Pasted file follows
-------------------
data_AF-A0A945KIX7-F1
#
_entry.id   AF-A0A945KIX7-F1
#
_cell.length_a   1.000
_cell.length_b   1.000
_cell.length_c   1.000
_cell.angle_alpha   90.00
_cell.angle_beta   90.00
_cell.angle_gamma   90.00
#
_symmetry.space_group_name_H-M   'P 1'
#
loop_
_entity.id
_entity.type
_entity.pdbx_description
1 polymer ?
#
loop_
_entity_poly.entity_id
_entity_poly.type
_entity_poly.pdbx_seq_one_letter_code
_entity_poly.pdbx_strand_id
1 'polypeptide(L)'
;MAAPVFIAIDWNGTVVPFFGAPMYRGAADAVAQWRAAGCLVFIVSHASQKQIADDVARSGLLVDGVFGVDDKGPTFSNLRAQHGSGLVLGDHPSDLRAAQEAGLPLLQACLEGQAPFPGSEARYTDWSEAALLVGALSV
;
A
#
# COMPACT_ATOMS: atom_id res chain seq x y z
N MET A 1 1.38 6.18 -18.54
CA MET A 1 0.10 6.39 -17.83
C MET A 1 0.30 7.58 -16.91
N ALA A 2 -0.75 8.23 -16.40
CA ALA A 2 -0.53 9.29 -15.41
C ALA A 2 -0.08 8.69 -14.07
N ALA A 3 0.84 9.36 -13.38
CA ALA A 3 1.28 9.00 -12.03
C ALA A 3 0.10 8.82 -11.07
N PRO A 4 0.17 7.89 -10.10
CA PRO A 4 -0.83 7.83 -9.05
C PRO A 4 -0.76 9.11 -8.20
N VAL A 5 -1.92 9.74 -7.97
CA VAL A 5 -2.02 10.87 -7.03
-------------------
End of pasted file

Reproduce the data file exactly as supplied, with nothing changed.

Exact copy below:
data_AF-A0A945KIX7-F1
#
_entry.id   AF-A0A945KIX7-F1
#
_cell.length_a   1.000
_cell.length_b   1.000
_cell.length_c   1.000
_cell.angle_alpha   90.00
_cell.angle_beta   90.00
_cell.angle_gamma   90.00
#
_symmetry.space_group_name_H-M   'P 1'
#
loop_
_entity.id
_entity.type
_entity.pdbx_description
1 polymer ?
#
loop_
_entity_poly.entity_id
_entity_poly.type
_entity_poly.pdbx_seq_one_letter_code
_entity_poly.pdbx_strand_id
1 'polypeptide(L)'
;MAAPVFIAIDWNGTVVPFFGAPMYRGAADAVAQWRAAGCLVFIVSHASQKQIADDVARSGLLVDGVFGVDDKGPTFSNLRAQHGSGLVLGDHPSDLRAAQEAGLPLLQACLEGQAPFPGSEARYTDWSEAALLVGALSV
;
A
#
# COMPACT_ATOMS: atom_id res chain seq x y z
N MET A 1 1.38 6.18 -18.54
CA MET A 1 0.10 6.39 -17.83
C MET A 1 0.30 7.58 -16.91
N ALA A 2 -0.75 8.23 -16.40
CA ALA A 2 -0.53 9.29 -15.41
C ALA A 2 -0.08 8.69 -14.07
N ALA A 3 0.84 9.36 -13.38
CA ALA A 3 1.28 9.00 -12.03
C ALA A 3 0.10 8.82 -11.07
N PRO A 4 0.17 7.89 -10.10
CA PRO A 4 -0.83 7.83 -9.05
C PRO A 4 -0.76 9.11 -8.20
N VAL A 5 -1.92 9.74 -7.97
CA VAL A 5 -2.02 10.87 -7.03